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ITEMS OF MOMENT TO THE SOCIETY WORLD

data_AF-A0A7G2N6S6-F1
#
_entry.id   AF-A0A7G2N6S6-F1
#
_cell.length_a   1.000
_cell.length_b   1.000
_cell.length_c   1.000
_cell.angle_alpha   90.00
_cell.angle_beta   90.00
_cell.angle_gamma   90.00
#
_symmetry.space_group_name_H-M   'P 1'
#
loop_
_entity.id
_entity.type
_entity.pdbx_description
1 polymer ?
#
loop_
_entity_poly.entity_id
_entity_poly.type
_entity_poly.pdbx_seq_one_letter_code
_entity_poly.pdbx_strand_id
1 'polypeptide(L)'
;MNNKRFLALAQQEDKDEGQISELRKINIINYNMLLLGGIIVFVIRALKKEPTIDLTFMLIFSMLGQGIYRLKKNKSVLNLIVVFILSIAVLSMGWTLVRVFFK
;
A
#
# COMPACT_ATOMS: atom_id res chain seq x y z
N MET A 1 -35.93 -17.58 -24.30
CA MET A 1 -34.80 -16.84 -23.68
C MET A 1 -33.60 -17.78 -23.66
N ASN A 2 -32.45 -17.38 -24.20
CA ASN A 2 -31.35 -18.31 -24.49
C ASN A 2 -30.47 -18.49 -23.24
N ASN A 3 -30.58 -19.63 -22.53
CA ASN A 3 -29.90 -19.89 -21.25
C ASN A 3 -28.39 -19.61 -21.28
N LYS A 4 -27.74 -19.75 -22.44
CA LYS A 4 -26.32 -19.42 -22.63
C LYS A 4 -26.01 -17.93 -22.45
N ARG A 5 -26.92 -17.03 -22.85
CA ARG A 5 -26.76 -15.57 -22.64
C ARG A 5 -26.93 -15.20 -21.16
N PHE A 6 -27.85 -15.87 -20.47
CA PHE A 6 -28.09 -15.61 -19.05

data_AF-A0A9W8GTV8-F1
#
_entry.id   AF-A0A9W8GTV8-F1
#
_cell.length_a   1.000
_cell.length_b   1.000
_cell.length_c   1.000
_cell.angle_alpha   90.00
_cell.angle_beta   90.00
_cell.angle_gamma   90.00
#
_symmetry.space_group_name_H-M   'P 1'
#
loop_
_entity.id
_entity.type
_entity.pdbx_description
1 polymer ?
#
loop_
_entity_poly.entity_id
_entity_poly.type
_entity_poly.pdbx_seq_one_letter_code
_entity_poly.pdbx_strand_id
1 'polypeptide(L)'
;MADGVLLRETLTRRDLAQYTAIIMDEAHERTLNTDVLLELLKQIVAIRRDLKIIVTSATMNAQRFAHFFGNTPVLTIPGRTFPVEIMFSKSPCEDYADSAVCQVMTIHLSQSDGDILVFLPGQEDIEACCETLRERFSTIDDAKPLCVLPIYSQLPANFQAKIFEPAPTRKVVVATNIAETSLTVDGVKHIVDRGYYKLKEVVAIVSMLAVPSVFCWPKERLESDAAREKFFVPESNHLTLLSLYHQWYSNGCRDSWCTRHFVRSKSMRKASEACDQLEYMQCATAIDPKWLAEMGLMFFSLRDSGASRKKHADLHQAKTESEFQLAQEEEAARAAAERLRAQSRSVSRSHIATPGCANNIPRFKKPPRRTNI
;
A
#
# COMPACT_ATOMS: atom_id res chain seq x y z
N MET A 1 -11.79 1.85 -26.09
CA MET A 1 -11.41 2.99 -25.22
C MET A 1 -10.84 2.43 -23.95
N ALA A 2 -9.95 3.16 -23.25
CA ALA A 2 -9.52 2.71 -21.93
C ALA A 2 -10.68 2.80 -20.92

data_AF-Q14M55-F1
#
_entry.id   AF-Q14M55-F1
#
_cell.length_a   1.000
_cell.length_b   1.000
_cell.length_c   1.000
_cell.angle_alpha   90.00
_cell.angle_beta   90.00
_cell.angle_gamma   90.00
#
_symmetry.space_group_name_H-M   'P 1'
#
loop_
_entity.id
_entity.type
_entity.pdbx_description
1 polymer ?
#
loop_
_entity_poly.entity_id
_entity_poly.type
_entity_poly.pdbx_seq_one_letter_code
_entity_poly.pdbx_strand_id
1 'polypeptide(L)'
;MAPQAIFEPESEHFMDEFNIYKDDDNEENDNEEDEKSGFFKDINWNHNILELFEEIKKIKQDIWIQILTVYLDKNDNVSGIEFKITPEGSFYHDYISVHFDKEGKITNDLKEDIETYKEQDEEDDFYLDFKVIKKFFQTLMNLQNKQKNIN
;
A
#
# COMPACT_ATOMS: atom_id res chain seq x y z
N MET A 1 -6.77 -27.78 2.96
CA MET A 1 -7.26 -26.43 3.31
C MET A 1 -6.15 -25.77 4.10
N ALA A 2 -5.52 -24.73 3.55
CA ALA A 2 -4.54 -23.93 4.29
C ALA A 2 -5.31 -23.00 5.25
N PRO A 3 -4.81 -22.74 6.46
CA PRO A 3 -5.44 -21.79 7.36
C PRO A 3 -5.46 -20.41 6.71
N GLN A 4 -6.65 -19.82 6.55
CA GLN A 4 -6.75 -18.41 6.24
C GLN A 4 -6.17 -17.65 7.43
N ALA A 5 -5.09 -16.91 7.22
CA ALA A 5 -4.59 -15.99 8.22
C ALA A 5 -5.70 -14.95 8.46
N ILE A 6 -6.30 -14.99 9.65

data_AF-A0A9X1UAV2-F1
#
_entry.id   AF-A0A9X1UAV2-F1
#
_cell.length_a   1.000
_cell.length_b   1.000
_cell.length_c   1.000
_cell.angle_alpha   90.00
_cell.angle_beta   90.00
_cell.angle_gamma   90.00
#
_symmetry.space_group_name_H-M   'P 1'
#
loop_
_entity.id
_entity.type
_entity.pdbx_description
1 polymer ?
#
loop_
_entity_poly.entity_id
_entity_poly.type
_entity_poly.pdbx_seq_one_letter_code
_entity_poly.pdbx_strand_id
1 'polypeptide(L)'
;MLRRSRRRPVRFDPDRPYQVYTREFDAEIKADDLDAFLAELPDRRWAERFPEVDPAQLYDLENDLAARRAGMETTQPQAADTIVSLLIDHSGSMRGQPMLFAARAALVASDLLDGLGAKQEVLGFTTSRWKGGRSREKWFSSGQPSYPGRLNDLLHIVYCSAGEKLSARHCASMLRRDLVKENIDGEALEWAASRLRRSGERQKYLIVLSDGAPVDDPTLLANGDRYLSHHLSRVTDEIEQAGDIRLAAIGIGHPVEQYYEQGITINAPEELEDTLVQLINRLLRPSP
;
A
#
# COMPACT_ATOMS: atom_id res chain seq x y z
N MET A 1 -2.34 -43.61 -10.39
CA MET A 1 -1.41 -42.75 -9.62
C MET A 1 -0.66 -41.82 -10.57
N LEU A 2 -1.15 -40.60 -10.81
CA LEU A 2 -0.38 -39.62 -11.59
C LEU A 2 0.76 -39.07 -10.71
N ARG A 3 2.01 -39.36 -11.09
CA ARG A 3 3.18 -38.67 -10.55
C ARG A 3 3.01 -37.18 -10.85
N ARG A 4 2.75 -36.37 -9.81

Luncheon Parties at the Southern Club—Miss Carrie Hill’s Painting of Scenes Around Birmingham—En gagements—Events to Come—Dinner Parties—Visi tors—Other Topics I MiSB Carrie Hill is planning in her downtown studio for one of the most in teresting small exhibitions ever nebl Among Birmingham artist*. Herself Atrictly a Birmingham product. Miss Bill paints the brooks and the trees, Wild flowers and the wistaria il>f»t drapes the corners of Eleventh avenue veranda*, the redbud branches that look over the Boebuck Springs golf links, the little •tream that winds about beneath the out let of Village creek, the phi3S at North Birmingham and tho dogwood blossoms In Glen Iris; she loves them and paints them. These and these only among her paintings she is to show to her friends find their friends at an exhibition which •he plans to hold the last of the month. Wnd for which she is preparing to send Out cards. Miss Hill expressed much the same idea that was framed by a young Birming ham man a few days ago. He had just borne to his home city after many years bf travel and residence abroad. ‘“Do I Oare for Birmingham?” he repeated, when there was a suggestion of his permanent home coming. “I Blink," he said, “that, Birmingham is the most beautiful city In the world. I have been almost every where, but to me. the view from Red mountain—the symmetrical buildings, trim •treets divided with the winding tree lined boulevard, the green of the woods be yond, and the gray smoke which softens the brilliance of bricks and mortar; Bir mingham in the sunlight or when by Might it is jewelled with many lights, is As lovely a place as my eye ever rested on. Its hills are treasure places for •cenery, and the fla*. rolling sections are as diversified and charming. 1 may never live in Birmingham again, but I shall al ways admit that it is one of the world's j beauty spots.” So does Miss Hill see it, and her days this winter and again during the spring ■eason have been passed with sketch book and charcoal*, easel and palette, •eeking those spots most characteristic Of Birmingham's natmal beauty and in dustrialism. To the people who know its environs, who have lived here long enough to have their favorite rural haunts, Miss Hill’:; latest work will probably appeal most, for — *KtN OF 8C«UTY IB A JOY rOREvr. Dr. T. FELIX GOURAUO’S Oriental Cream OR MAGICAL BEAUTIFIER S™, Plmplaa, Patcban, ^“•h•n<1 RkL'! .. f?'1,,'r*ry hlamlth on SfW*^ ‘S'1 da *?« °" It haa atooil ®f ®*yaari, and tt to ba aura It la pro Parly made. Aeeapt no Sim.’nV'r'V1*’1” Dr- L * Sayra aald to a ladyoftha hautton (a patiant): Aa you ladlaa trill tnam, I racominand tho lMit harmful of all Cre.m’ fin. T. Hopkins & Son, Props., 37 Great Jones SL N.y. c. y NON-RUST ABLE 6 PIRELLA STAY Comfortable , support, uncor Jseted freedom, fitted to your measure in your own home by our trained corsetiere-such is the service in (not bold in storks) Tofephone or drop ■ card for cor&etiere to call. SPIRELLA CORSET SHOP 108ft ft lew Trie Avenue Phone lttalu 1878-J *• it is painter! in Just that spirit of love and pride that has enabled her to get the best out of every landscape, and which equips her for the novel reputation which she hopes to attain that of being strictly a Birmingham painter. The changing seasons are indicated in Miss Hill's paintings—winter with it* gaunt tree**, desolate wastes, empty cheerless parts through forsaken wood lands; autumn with its browns, yellows and grays of tree and sky, and its dreamy sadness; siting In all the gladness of its blossoming. She loves trees, and has painted them with more feeling, perhaps, than her brush lias shown to any other object. There Is a delightful tittle canvas in her* collection whose subject is a bit of the winding jagged stream that escapes «Te.i; Village creek at one point. The dear little pool of water which is lazily drop ping over obstructing sticks ami stones, is overshadowed by the trunk of a large tree whose roots are exposed through the persistent, washing of the brooklet. It is just a glimpse of the woods- just a frag ment, indeed, but those who nave gath ered wild (lowers in tnat locality will I e Captivated with the whole of the litf 1« scene. Very different in feeling is a little painting dorm at Idlewild, of several tree* in the leafy freshness of spring, the bril liance of a sunny day. The foliage al most touches tiie ground, and a dev . feacture is the slant of their big shadow* which appear to be coming toward yen as you examine the painting. The shad ows make it rather an unusual study and Miss Hill's whole conception of it is charming. At Edgewood slip painted the peach and plum trees in blossom—an’l proved her keen appreciation/of color. The young trees, sever 11 in a vow almost like sol diers, have the loveliest masses of ftdp.t rose and lavender, the tone of the bloom and of their shadows Distance is indi cated in this one, and where earth and sky seem to meet, the colors, blue rind green, are delightful. In this ns in sev eral of her other new spring sketches Miss Hill lias used her colors with rare delicacy. The big trees in the Perry yard at Edgewood are beautifully treated, and on the opposite side of town a bit of Miss Hill's back yard at home is as pretty, it was done this spring, and there are shady places and a tell brown fence, and aprd< trees and peaches juft showing a lew budding flowers. Returning to Idlewlld, she has a can vas painted from e. ventage looking to ward town. Its central object is the gas plant whose tall spire shows among the verdure. On Shades mountain she has painted a quaint little tumbledown cabin, away from the road and familiar to horseback riders who frequent the brklh paths over the mountain. It is a very spring like scene and sympathetically terated. A very small canvas has a Mt of Village creek scenery painted on the same r<*od as the larger canvas, which tells of ini. pretty place in autumn, and which was so vastly admired when exhibited last fall at the State fair. “I think 1 have been pretty true to nature in that.” Miss Hill says of it, in her modest way. ”1 don't think I have romanced much.” And ii does seem very true, the pine trees at the side, slim and stately and cold*; the green of the pine 1 eedles, and the pale yellow of the bending sedge grasses. From thC- < rest of Twenty-first street, on the north side, she has sketched ;< Scene strikingly familiar; the little cot tages and the bit at tky with the clouds overhead and the trees in their sirring dress making a personal sort of appeal Another was painted near Martin school, which is glimpsed In a hazy fashion, misty and indefinite among its tree;-. And at Ensley, in a. larger way she re cently completed a painting which dem onstrates the downright prettiness of even Birmingham's industrialism, for factories and furnaces in their clouds of nab smoke, aff among the trees are as subtle and almost as coloiful as the pink and white of the dogwood blossoms in the Lee Bradley yard at Idlewlld, or ;he blush of the redbud at Roebuck Springs, or the pale little clouds In a sea of blue which she has so delightfully placed in cne of the little “lone tree” appreciations of Glen Iris. Miss Hill really sees them all with the eye of lover as well as an artist. Her paintings—most or them—are tiny things, but slip Ims handled her oils well and they show real merit. The civic pride in her treatment of her Birininghr.m landscapes is doubly commendable be cause It Is so beautifully expressed. . THE FINALS AT ALLAN SCHOOL As commencement day draws near, the time seems much too short for all the entertainments planned by the classes of the Margaret Allen school for I their parents and friends. On Wednesday evening the sopho mores presented two short plays from Greek myths, the old favorite ‘'Phile mon and Baucis.” and "Proserpina.” The senior class had set such a high standard by their excellent rendition of “She Stoops, td Conquer” on Friday evening of last week that the younger girls were put upon their mettle and I right well did they acquit themselves. Margaret Nelson and Clara Dean inter preted cleverly the characters of the hospitable old couple (Philemon and Baucis), Dimmls Wilkinson was a most majestic Jupiter, while the character of Mercury was well taken by Marion Pinekard. “The Dance of Nausicaa and Her Maidens,” which closed the first half of the programme was an exquisite picture of girlish grace and charm. Skillful stage management as well as MR. D. BERKOWITZ Room Clerk of the Atlantic Beach Hotel Formerly Continental Hotel Will be at the Hillman Hotel in this city. May 18 and 19, making res ervations and giving full information e.boujt the South’s most delightful Resort Hotel, located at Atlantic Beaclh near Jacksonville, Kla. As reservations are rapidly being taken, first attention will be given com munications awaiting Mr. Berkowitz's arrival. j A Sensation | In Society i MISS CARRIE MILL —Photo by Stephenson Studio MISS MABEL HOOIX Who Directed the Children’s Cantata Yesterday Afternoon at the High School—Photo by Stephenson Studio clever acting was shown in the five Beenes from the story of Proserpine which finished the entertainment. Tin* characters were all well portrayed from the dainty Proserpine herself, by Julia Shackelford* to Mercury, whose airy grace was vividly pictured hy Adele Woodrow. If any superlatives he in order where all was so good, the pret tiest scene was the danbe of the nymph by Miriam Smyer. in a charming Greek cotume of white draperies span gled* with silver. • PROGRAMME FOR MEETING CHILI) LIFE STUDY The meeting of Birmingham’s “Insti tute of Child Life,” called for Thurs day afternoon, May 23, at 3 o’clock at the City hall will have the following programme: What Is the American Institute of Child Life? Mr. E. E. Smith. “The Circulating Library,’’ Mrs. Jere King. “Tlie Mother's Book,” Mrs. W. T. Ed wards. “Mrs. Grice and Her Letters,’’ Mrs. Max Stein. “The Character Development League and Its Hook,” Miss Hortens® R. Thorn ton. “The Character Lesson^ in the School room," Miss Pearl Blackburn. "The Character Lessons in the Home,’’ Miss Corinne Chisholm. - "The Magazine Bulletins,” Miss Rosa V. Strickland. “Uncle Nat’s Letters in the School room,” Miss Augusta Redwood. "Uncle Nat’s letters In the Home,” Mrs. Mims Stone. “More of Uncle Nat,” Mrs. L. C. Bra nsconil). “The Monographs,” Mrs. Louis Mac kenzie. Organization and election of officers. W. C. T. U. SOCIAL MEETING The social meeting of the Woman’s Christian Temperance union will be hell Tuesday. May 20, in the parlors of the First Methodist church, 3:30 p. m. The topic for the meeting is “Food Econom ics.” Mrs. W. W. Bussy, Mrs. A. 1. Dex I ter and others will take part In the pro I gramme, and Mrs. F. M. Jackson will i preside. A full attendance is expected. The meetings of the union are open and visitors are welcomed. After the pro gramme a social hour will be enjoyed with Mrs. Walter Moore, Mrs A F. L. Yancy, Mrs. F. H. Spencer, Mrl. C. S. Hooper as hostess. PATRONESSES FOR CARD PARTY AT CLUB Tlie card party to be given Wednes day afternoon at 2:30 o'clock at the University club has caught the Interest of a number of prominent women. Tables have already been engaged anil the eight prlsas purchased; arrangements are prac tically perfected. It is hoped that all friends of Holy innocents hospital will attend the card party and that they will appear In time to begin the games at 2:30, as it is promised that the affair will be strictly punctual, both starting and In its conclusion—fi o’clock. The patronesses for the party are Mrs. Crawford Johnson, Mrs. J. W. McQueen, Mrs. Henry Gray, Paul Earle, Jr., Mrs. Henry Dean, Mrs. Thomas Parke, Mrs. Berry Baugh, Mrs. John W. Sibley, Mrs. Superfluous Hair Truths Investigate all Claims Claims are easily made but hard to prove. The success of De Miracle has not been attained by merely making claims but by fulfilling them, which is proven by the fact that De Miracle Is the only depilatory that has ever been Indorsed by reputable physicians, surgeons, dermatologists. medical journals and prominent magasineS. Only Depilatory of Proven Merit De Miracle lias stood the test of time, having been sold for over^lcven years, therefore it Is the only depila tory of proven merit. Consequently, th© only one vou can use with abso lute safety. The mere fact that ques tionable depilatories are short-lived should alone be sufficient warning to avoid their use. D^Ulraefe Leaves No Tell-Tale Smell Tf you *se De Miracle it will be Im possible for any curious person to know that you have used a hair re mover because 'De Miracle evaporates immediately after accomplishing its work, therefore leaves no odor what ever. On the other hand, if you use any depilatory with a distinctive odor, an offensive tell-tale smell will cling to your skin for hoars. Only Guaranteed Hair Remover Others advertise ‘'Guaranteed." but give no guarantee. De Miracle Is the only depilatory that haa a binding guarantee In each package. Avoid permanent disfigurement by refusing substitutes offered by dishonest deal ers merely for a few centa more profit. If yoar dealer will not supply you send J1.00 direct. Free Information how to determine which depilatories ^tre harmful and worthless sent In ^lain, sealed envelope, / New truths In n«t advt. De Miracle Chemical Co., New York Sold and Racomntandad By COLLIER DRUG CO. '.ft BIRMINGHAM’S LEADING CLOAK SUIT AND WAIST HOUSE. In The New Shopping District at 1816 3rd Ave., Near 19th St. \ Reduction Sale Monday, May 19 Our fixed, unalterable policy of never carrying- over any stock from one season to an other, makes imperative this drastic and EMPHATIC CLOSING OUT OF THE CHOICE OF THE HOUSE IN PLAIN AND DRESSY Tailored Spring Suits and Coats Suits heretofore $25.00, at.$17.50 Suits heretofore $32.50, at .$22.50 Suits heretofore $40.00, at.$27.50 Suits heretofore $50.00, at.$35.00 Coats heretofore $12.50. $9.95 Coats heretofore $14.95.$10.00 Coats heretofore $19.95.$14.95 Coats heretofore $25.00 .$19.95 Decided Reduction on Silk Dresses $15.00 Pongee Dresses . $9.95 $20.00 Messallne Dresses .$14.95 $27.50 Dolly Varden Silk Dresses .. .$19.95 . $17.50 Black India Silk Dresses ....$12.50. Distinctive Summer Dresses Underpriced AT QP”—Natural Linen Dresses; value tPO.t/D $5.00. AT A QC—Bl'te striped Voile Dresses, draped skirt; value $ti.50. AT (g£ Q(?—Black or white Stripe Voile Dresses, «pU»t/(L) lace and silk trimmed; value $8.50. AT (1»Q (T/l—Coat effect Ratine Dresses, Ramie linen skirt; value $10.00. AT <J»Q Qt—Coat effect Eponge Dresses, Dresden effect coat; value $12.50. AT djin —Dainty Crepe Dresses, in striped tPlAiUV effects; value $1(5.50. Exquisite Dressy White Dresses for Graduation New arrivals—out-of-th“-ordinar.v models, from ...$19.50 to $55.00 JUST RECEIVED! Charming White and Colored Ratine Coat Suits .$1£.50, $14.50 EVERYTHING FOR THE GIRL GRADUATE 1816 3rd AvenuTj FEDER & BERK Vnl Nesblt, Mrs. C. H. Nabb, Mrs. W. C. Phillips. Mrs. H. O. Copeland, Mrs. Ale:; C. BlrCli, Mrs. Barnes Morgan, Mrs. Charles Denegre. Mrs. Thomas O'Byrne, Mrs. H. K. White, Mrs. R. H. Hood, Mrs. j. a. Woods, Mrs. R. C. Woodson, Mrs. Ruffin Smith, Mrs. Hale V Tarrant, Mrs ( ail Mitchem, Mis. Frank Hooaf. Mrs. .1. H. White. Mrs. Charles Roberts. Mrs. William Streit. Jr., Mrs. R. A. I-ewis, Mrs. William .1. Young. Mrs. A. ,1. tjunii. Mrs. I,. W. Collier, Mrs. Max Winkler. Mrs. J. C. Carmichael, Mrs. Roliley MuViger. Mrs. Fannie Dunn, Miss Alvis Ehrman and Miss Sparrow. INVITATIONS ISSUED TO THE SEMINARY FINALS Invitations beautifully engraved and bearing the monogram of the Loulie Compton Seminary, in blue and gold, have been sent to interested friends as follows: The faculty and senior class of T.oulie Compton Seminary cordially invite you to attend the annual commencement exer cises. May 33 to 39, 1913. Birmingham, Ala. The class roll for 1913 includes Florence Alexander. Ruth Anderson. Miriam Arch ibald, Zne Reed Black. Irvllle Cates. Rosa F.llona Clements, Maude Earl Clements. Margaret Dora Clemmons, Cnrlnne Alice Davis. Ruby Eouis McDonald, Mildred Elnlse Montgomery, Mary Parker. Ruby Stewart Powers, Annie Dee Rogers, Bes sie Cole Smith, Dorothy Smith, Mary Frances Swihdall. CLOSING MUSIC SERVICE SOUTHSIDE BAPTIST CHURCH The closing service of song at the Sottthside Baptist church will occur this evening, when a programme of excep tional heauty has been arranged by tbe organist and director—Mrs. I.aura Jacli son-Davli. In recognition of the looth anniversary of the birth of Richard \\ ag nor, which occurred May 13, 1813, the pro gramme will be entlrelv from Ids works. The organ numbers be the prelude to "Lohengrin,” as arranged by Rogers; “Abendllcf," arranged by Parker, and the Tannhauser March, arranged by Bartlett. The anthems are "With Glory Clad." and "All Praise to God." from the sacred text arranged .by Dudley Buck and Bishop Ken, on themes from "Lo hengrin." Mis Leon Cole will slug "Elizabeth's Prayer," from Lohengrin, and Mrs. Cole "Ode (o the Evening Star." Mrs. Ed mund Castle Wells, whose violin playing will add delightfully to the Instrumental portion of the choir music, will present with Mrs. Davids' accompaniment, Wil helm's arrangement of the Brize Bong, from "The Melstersinger." "Dreams,” a single Wagnerian position for the con tralto voice, will he sung by Miss Mar jorie Ezell. The regular choir, Including Mr. and Mrs. I.enn Cole. Miss Ezell and Mr. Henry Naylor, will he supplemented by Mrs. W. B. Allen and Dr. R, E. Nst ties. COMMENCEMENT CALENDAR LOULIE COMPTON SEMINARY Following is the commencement cal endar of the IiOUlie Compton Seminary for 1913: Baccalaureate sermon, First Methodist church, Rev. L. C. Branscomb, Sunday, May 25, 11 a. m. Juveniles entertain, Monday, May 26, 8 p. m. Art reception and exhiibtion, Tuesday, May 27, 8-11 p. m. Also Wednesday morn* ing from 19 to 12. Annual concert, Wednesday, May 28, 8 p. m. Graduating: exercises, Jefferson theatre. Thursday, May 29. 8:30 p. m. Address by Dr. Edwin Minima of Van derbilt university. A DINNER PARTY AT COUNTRY CLUB One of the small parties last night at the Country club for dinner and th% dance that followed included Miss Eula Whatley, who has just returned from New York after spending the winter at the Semple school, Miss Louise Locke of Memphis, who is her guest; Mr. George. Mr. Alvin Brown and Mr. and Mrs. Algernon Nelson. WOMAN’S CHAUTAUQUA COMMITTEE MEETING The woman's Chautauqua committee calls a meeting Tuesday morning at 10.30 in the Chautauqua offices in the Cable Plano building on Second avenue. The meeting will be in session one hour. All women interested in the suc cess of the Birmingham Chautauqua are requested to meet with the committee, promptly. ANNE WALLER SMITH A BIRTHDAY HOSTESS One of yesterday's lovely Utile hostesses was Miss Ann Waller Smith, the daugh ter of Mr", and Mrs. Stephen Smith. Con trary to most little women of her age who are celebrating an anniversary, she did not surround herself with her play mates—small boys and ipringtimes—but Included people who love her besi kinsfolk, grownups and i TV -l.< rp - WTW g^ m |%n B t p-.en«er 1AXIIABS CADILLAC Touring: (arn PHONE MAIN 5.S71 All Hour*— liranonahle Raid Smith connection In Birmingham, num [ baring about 26, and it was the merriest of parties, with the diminutive queen of the occasion a sweet little lassie in a white embroidered frock and with bobtypd hair confined with pink rosettes. The table about which the party met to cut the big birthday cake on which the two candles looked so eloquent and important was graced with three baskets filled with pink and white sweet peas, and the bonbons and ices which accom panied the cake emphasized the couleur de rose motil. MISS HELEN COULBURN A LUNCHEON HOSTESS Miss Helen Coulburn was a hostess yesterday at luncheon, entertaining in formally at her home in compliment to Miss Alberta Brock of South Carolina, the guest of Miss lionise Archibald. Her table had a May basket scheme of decor ation; in the center was a large basket filled with carnations, and at the six covers were small hampers full of pink sweet peas. The party seated about the table In cluded Miss Coulburb, Miss Alberta Brock. Miss Loise Archibald, Miss Adele Ellis, Mrs. Frank Haley and Miss Mary Weisel. WOOD-PATTERSON ENGAGEMENT ANNOUNCED Mr. ami Mrs. Albert Patrlc Finch an nounce the ensaaenient of their cousin, Olive Patterson, to Mr. Max Wood, the wedding to take place at home, June 15. MRS. HENRY L. CHISHOLM TO BE HOSTESS AT LUNCHEON In compliment to Miss Madge Chisholm, trho is to be one of the spring brides, Mrs. Henry Laurens Chisholm will en tertain at luncheon at the Country club May 28. GRADUATE RECITALS AT THE SEMINARY The graduates’ recital given Friday night at the Loulie Compton Seminary by Misses Mildred Montgomery and Mar garet Tutwiler in piano, and Misses Myr tle Hutchison and Pattle Southall In voice, was an unusually delightful event. Miss Montgomery and Miss Tutwiler both played some difficult compositions with exceptional intelligence. The Chopin - - You Must Know The value of PERFECT HEALTH. You also know the merits of INGRAM LITHIA WATER. Rates at Hotel only $8.00 per week this season. Managed by Ingram Realty Co. 131 b Floor Empire (Infilling l*lioiie 11117 Main MRS. O. FORTNER Wishes to announce that she is now equipped to give Turkish baths and salt glows to ladies only. 1013 S. 20th St., Five Points Revolutionary Etude was rendered by Miss Montgomery with spirit and skill, while the group of Mountain Scenes by Denneo showed that she whs equally eapahle of interpreting simple melodiea. Miss Tutwller played the Schuhert-Llszt arrangement of "The Erl King and the MosykoWskt Valse" in E with ease and smoothness of tone and with purity of technique; her Interpretation of the Chopin Nocturne ^showed some exquisite tone coloring Miss Hutchison and Miss Southall both have high soprano voices and the varied character of their numbers showed the range and flexibility of their voices. Miss Hutchison was at her best in Cavatina from Gounod’s "Queen of Sheba," hut ehe also sang charmingly Sullivan's adapta tion of "Where the Bee Sucks." Miss Southall gave well an operatic selection, "Dost Thou Know That Fair Land?" from Mlgnon. and a number of short, beautiful little melodies. Miss Hortense Simpson made a delightful accompanist. Every number on the programme was well given and much real talent van dis played. In spite of the rain an enthu siastic audience was present. The pro gramme Included: Prelude in G minor, Rachmaninoff; (Continued on Pace Thirty) ANTIQUE CO., INC. Fourth Avenue at Twenty-first Street. SPECIALLY Appropriate Wedding Presents. Notable Reproductions of Old Virginia Col onial Furniture Made in Our Factory. RARE /ANTIQUES SHEFFIELD SILVER OLD BRASSES ENGLISH PRINTS . CUT GLASS OLD BLUE CHINA COLONIAL MIRRORS READING LAMPS BANJO CLOCKS RARE TAPESTRIES First Class Upholstarlng Work and Reflnlshlng at Modarata Prices. a. a. fc’OTD, Mgr.